At Home with Tech

It’s time to maximize the potential of all your gadgets.

Tag: social media

Sharing a Photo a Day will Keep Your Frustrations Away

If you snap a great picture and nobody ever sees it, how does that make you feel? Now multiply that feeling across multiple buried photos. It’s really time to uncover and release them. Here’s how…

I’m unsettled and more than a tad frustrated. Over the years, I’ve snapped thousands of photos… and most of them just sit.

If I’m diligent, I’m just able to download and organize all of those photos into folders in Adobe Lightroom every week. Then, I’ve got to go through them to pick out the best ones and tweak them to make them ready for prime time.

But then they just sit again. There is no grand ‘unveiling.’

Maybe I take the time to share a few with family and friends. And of course, there’s the photo or two that follow the more regimented workflow of my blog and successfully get out the door on my weekly schedule.

But what’s the endgame for all of the rest?

The Challenge of Organizing Family Photos
My master plan used to be the creation of photo books that covered the prior year or perhaps a particular family event. And as much as I struggle and often fail to get to the finish line every year and consider that collection of photos ‘done,’ I’m no longer certain about just creating massive photo books that sit on a shelf.

So, I’ve also been posting best-of moments to a cloud folder and then pulling the photos down to display throughout my house via…

Sure, all of this effort supports properly documenting and displaying the life of a family. That’s certainly of value. But focusing all of your photographic efforts to essentially feed a family time capsule or restricting them to your four walls doesn’t nurture an important creative requirement for many of us.

The essential need to share.
Something more…

The Choice to Share on Social Media
Some folks like to visually share their lives in the moment… unfiltered. They snap and effortlessly share the photos of their day-to-day. They direct and star in their own version of “The Truman Show.”

Social media is, of course, made for that.

On the one hand, you’ve got people posting multiple photos daily. On the other, there are those who refuse to have any online presence.
(And I’ve made the argument that online seclusion will effectively erase them from existence.)

But if you’re like me, you fall somewhere in the middle. You share a few photos on social media, but you haven’t totally given access to the entire family photo collection to the public at large.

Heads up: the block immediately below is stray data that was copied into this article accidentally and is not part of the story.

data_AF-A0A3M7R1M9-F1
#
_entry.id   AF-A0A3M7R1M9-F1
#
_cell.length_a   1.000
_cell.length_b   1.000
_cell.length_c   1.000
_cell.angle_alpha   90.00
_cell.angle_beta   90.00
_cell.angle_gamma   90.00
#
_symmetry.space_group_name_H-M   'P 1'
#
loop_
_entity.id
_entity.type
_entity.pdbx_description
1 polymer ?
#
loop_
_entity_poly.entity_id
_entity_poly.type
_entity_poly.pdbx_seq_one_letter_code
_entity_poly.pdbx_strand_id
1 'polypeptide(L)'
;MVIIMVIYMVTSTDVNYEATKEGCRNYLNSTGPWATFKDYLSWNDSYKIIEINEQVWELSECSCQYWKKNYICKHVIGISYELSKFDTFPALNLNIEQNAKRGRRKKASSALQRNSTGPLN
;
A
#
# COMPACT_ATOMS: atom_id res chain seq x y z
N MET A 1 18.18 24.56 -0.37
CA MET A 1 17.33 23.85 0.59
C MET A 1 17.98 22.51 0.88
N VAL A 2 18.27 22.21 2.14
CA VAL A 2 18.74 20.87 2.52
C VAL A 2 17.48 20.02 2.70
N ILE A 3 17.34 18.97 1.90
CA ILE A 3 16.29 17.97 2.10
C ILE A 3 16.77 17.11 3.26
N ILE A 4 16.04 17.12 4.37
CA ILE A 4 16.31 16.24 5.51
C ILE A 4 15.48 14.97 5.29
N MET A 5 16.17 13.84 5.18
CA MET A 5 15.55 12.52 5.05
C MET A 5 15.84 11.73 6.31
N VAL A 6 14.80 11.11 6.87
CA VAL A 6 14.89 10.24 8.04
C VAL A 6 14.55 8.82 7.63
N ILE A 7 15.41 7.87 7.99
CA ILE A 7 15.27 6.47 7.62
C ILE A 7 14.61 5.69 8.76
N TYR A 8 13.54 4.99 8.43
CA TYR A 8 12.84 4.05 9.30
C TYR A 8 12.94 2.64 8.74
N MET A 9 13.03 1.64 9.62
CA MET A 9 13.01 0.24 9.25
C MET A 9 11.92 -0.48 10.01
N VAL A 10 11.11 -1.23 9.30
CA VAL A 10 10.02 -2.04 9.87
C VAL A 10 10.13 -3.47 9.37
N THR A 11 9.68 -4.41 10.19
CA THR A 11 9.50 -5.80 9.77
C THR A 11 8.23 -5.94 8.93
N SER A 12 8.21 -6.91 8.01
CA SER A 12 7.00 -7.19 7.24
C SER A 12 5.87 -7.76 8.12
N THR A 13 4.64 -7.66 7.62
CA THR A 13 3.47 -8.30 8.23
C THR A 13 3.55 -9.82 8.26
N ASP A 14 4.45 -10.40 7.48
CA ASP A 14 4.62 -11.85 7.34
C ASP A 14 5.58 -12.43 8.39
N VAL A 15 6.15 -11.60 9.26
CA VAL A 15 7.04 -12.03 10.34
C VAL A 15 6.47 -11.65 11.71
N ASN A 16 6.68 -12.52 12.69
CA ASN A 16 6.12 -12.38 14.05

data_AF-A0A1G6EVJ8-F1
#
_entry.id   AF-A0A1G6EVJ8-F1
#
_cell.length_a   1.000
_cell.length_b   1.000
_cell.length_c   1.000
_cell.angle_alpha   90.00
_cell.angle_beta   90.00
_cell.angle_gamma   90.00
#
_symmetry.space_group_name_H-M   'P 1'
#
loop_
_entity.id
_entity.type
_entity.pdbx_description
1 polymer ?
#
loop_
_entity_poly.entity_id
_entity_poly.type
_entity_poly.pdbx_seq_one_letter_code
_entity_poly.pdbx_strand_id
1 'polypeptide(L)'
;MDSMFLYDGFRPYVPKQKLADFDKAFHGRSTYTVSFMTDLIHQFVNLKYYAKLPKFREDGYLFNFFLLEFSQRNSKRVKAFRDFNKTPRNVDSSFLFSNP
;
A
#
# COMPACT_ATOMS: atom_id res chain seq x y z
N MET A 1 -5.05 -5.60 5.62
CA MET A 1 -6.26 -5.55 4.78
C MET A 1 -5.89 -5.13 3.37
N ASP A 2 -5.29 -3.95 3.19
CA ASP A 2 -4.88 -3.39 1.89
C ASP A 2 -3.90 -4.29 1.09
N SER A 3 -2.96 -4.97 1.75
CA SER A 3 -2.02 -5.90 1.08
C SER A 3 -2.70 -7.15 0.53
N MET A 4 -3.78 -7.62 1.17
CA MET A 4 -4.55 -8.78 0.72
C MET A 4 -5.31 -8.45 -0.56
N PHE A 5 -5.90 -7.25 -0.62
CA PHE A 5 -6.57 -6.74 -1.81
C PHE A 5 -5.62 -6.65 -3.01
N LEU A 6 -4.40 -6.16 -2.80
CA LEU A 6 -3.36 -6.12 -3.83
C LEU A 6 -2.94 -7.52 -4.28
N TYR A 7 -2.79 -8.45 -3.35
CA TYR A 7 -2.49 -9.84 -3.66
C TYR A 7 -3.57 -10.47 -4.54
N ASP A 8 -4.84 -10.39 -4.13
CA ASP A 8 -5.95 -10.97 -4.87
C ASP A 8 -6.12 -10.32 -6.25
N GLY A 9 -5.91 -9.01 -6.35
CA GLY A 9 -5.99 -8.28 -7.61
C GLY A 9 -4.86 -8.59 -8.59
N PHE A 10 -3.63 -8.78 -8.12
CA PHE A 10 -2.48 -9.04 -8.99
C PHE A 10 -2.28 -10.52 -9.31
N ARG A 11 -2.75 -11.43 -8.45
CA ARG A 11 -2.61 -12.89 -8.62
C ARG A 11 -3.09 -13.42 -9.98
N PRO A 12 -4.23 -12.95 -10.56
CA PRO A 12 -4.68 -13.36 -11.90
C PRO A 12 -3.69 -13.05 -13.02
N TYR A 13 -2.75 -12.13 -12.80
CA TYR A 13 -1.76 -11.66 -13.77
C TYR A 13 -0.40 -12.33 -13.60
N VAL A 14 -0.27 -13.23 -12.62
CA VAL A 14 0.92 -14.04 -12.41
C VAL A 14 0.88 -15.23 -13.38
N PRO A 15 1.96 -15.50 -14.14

So that leaves the vast majority of the photos… still sitting on a couple hard drives.
(Yes, I back mine up, of course.)

The Photos that Look Beyond Your Own Life
And then there are those intrepid souls who share photos that fall outside of the simple structure of family photography. These pics offer a point of view… something more than what someone did today.

These photographers are sharing a specific narrative through a particular photo.

That’s satisfying, right?
And yes… a lot harder to do.

First, you’ve got to have something to say beyond “this is my life.” And then you need to capture the picture. For some, that is a career or perhaps a life’s pursuit.

You can quickly feel like an amateur playing in this sandbox populated by professionals, artists and journalists.

But hasn’t technology given us all the tools to enter this more advanced arena? Everyone has license to share a good photo with the world. There are really no rules.

(Light bulb moment)

Hey… Would any of my photos that have been sitting in the digital dark possibly fall into this more demanding arena of universal exposure?

Barrett’s Instagram Initiative
So, I began to go through all of my photos that fall outside of family moments. And I tried to identify a theme in creating a group to share… an organizing principal.

And of course, the answer was right in front of me….
It’s technology… all the tech around us that affects our lives.

Sure, I know I’m already sharing photos on Instagram that reflect the topics of my weekly posts. But I think I need to try for something more…

I’m going to share a photo a day on my Instagram account.

I don’t have enough inventory to feed that frequency for long. So, I’ll need to look for new imagery of technology that’s infused into our day to day.
(Look at me… I’m already making it hard for myself.)

And I’ll require some help with a daily output. The only viable strategy is to schedule the posts ahead of time….

For that, I’ve turned to Buffer to help me schedule my daily Instagram posts.
(I’m using the free plan.)

A Photo a Day
So, all of this is to say that I’ve launched a little photo-a-day project on my Instagram account where I’m sharing how I experience technology in the world around us.

Some pictures will be new… others from yesteryear.

But these orphaned photos that will never have a place in any family photo album will finally find a home.

A place where they will be seen.
(I hope.)

And that possibility… will make me happy.
Because I’ve shared.

And that feeds me.

Please take a peek.
I hope you like them…

Why You Don’t Exist If You Can’t Be Found Online

If someone Googles your name and you don’t show up, what does that say about you? Well, it says a lot more than nothing. Here’s why…

I was chatting with a friend recently about her online presence… specifically her lack of an online identity. And her choice was a conscious one:

  • No LinkedIn
  • No Facebook
  • No Twitter
  • No Instagram
  • Nothing!

With all of the concern lately about personal online security and enterprise password breaches, I know it’s become something of a trend recently to actually reduce your time online.

But what about having no online identity? As in… if someone Googles your name… and you’re not there… at all. Does that mean you don’t exist?

Well, I suppose the next question is whether you want to exist online.

I know some (including my friend) might put together a pretty compelling argument that there’s no ‘good’ reason to have an online identity and/or engage in social media.

But I think for most of us, there are still legitimate reasons that essentially demand that we play in our ever-growing virtual world.

Looking for a Job and LinkedIn
These days, if you’re looking for a new job and you don’t have a LinkedIn profile, you’re putting yourself at a distinct disadvantage.